Prison Is Home

Prison“Three hots and a cot.” Old-timers use that phrase in reference to life in jail. They are guarantees, sometimes an improvement over life “outside.” Some guys will even get themselves arrested purposefully so that they can eat and rest their heads. However, there is usually a desire to leave. The freedom lost is not worth the trade-off. Not true for Walter Unbehaun. This is a man who realized that for him, prison is home.

The 73-year-old Unbehaun, from Rock Hill, South Carolina, has led a life of crime. He received his first conviction 50 years ago. He dropped out of high school, has fathered no children and his wife is deceased. After his last release from prison in 2011, Unbehaun languished in a trailer purchased for him by his sister. He passed the time watching television while he drew or painted pictures. He had just spent 11 years locked up for bank robbery, and when he was released, he left behind friends, routines and a world to which he had become accustomed. In short, he left behind his identity.

This is not uncommon. A huge portion of the US prison population is made up of men who do not know how to live outside of the routine and lifestyle offered in prison. Recidivism rates among released prisoners are staggering. According to a Bureau of Justice Statistics study done in 1994, of 272,111 released prisoners, 67.5 percent were arrested again, primarily for felonies, and 25.4 percent were sent to prison again for new crimes after only three years.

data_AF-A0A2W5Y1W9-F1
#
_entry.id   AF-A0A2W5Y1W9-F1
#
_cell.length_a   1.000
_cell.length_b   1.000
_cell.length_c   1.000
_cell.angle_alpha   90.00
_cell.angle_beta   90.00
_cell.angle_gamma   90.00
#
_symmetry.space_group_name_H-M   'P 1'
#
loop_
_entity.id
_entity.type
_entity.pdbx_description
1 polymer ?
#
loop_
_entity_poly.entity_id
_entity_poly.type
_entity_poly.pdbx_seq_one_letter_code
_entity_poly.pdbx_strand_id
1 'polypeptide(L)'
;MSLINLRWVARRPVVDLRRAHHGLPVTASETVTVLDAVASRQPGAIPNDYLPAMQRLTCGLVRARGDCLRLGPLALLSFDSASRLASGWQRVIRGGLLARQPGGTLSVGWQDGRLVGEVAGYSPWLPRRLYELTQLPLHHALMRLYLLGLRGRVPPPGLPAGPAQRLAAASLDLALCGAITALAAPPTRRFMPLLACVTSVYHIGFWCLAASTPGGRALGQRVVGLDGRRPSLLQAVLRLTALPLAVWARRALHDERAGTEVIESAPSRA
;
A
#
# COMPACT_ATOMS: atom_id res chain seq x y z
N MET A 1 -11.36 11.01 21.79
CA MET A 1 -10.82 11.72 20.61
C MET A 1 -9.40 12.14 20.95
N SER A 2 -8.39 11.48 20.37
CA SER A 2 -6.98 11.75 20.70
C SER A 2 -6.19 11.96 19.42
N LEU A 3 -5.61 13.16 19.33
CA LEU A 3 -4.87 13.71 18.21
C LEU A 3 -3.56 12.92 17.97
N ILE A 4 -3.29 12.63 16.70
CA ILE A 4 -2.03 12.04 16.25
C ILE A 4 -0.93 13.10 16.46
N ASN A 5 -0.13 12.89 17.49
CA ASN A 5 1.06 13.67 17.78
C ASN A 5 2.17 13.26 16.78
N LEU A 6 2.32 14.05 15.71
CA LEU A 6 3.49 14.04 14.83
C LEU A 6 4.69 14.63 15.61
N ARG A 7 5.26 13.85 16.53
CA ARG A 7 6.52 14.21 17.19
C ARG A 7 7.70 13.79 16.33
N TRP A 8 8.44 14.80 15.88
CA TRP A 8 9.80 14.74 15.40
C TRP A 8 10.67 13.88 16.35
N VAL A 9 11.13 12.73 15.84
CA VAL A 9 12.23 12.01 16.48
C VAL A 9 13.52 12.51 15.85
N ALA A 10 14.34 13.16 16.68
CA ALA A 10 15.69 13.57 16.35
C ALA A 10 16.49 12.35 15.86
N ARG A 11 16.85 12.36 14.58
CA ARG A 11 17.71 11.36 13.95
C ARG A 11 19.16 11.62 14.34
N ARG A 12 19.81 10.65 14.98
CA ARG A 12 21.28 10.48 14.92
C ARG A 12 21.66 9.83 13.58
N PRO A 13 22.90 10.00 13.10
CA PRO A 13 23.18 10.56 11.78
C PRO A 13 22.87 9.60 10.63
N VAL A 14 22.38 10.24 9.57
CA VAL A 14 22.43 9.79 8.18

What makes Unbehaun’s case so unusual is that he admitted to committing yet another bank robbery in 2013 for the sole purpose of being sent back to prison. At his arraignment, Unbehaun told his attorney, Richard McLeese, “I just want to go home.” Initially the lawyer thought he meant that he wanted to bond out. It took him a few minutes to ascertain that what his client wanted was to be sentenced and sent back to prison, which he felt was his true home.

Luckily for him, the judge lent a sympathetic ear to his story. The judge, Sharon Johnson Coleman, will ensure that Unbehaun has easy access to mental health resources, particularly upon his release (he has been sentenced to 3 ½ years.) Though he wants to go “home,” he has stated that he does not want to die there.

The prosecutor, Sharon Fairley, was reluctant to give the defendant just what he wanted. However, she knew that he would be back at yet another bank, or perhaps doing something worse, if she did not ensure that he was convicted. She did admit that there may have been failings on the part of this nation’s systems of justice and incarceration.

Perhaps with the right guidance and help, Walter Unbehaun can find a niche for himself when he does leave prison life behind. Coleman told him that she was impressed with his talent for drawing. She also took into consideration Unbehaun’s request to be sent to a particular prison in southern Illinois. He said he liked their work programs.

Walter Unbehaun got what he wanted for now. Will that be enough? Will he get released and go through the same isolation and separation anxieties? It may just be that he will again want to return to prison, his home.

By Stacy Lamy


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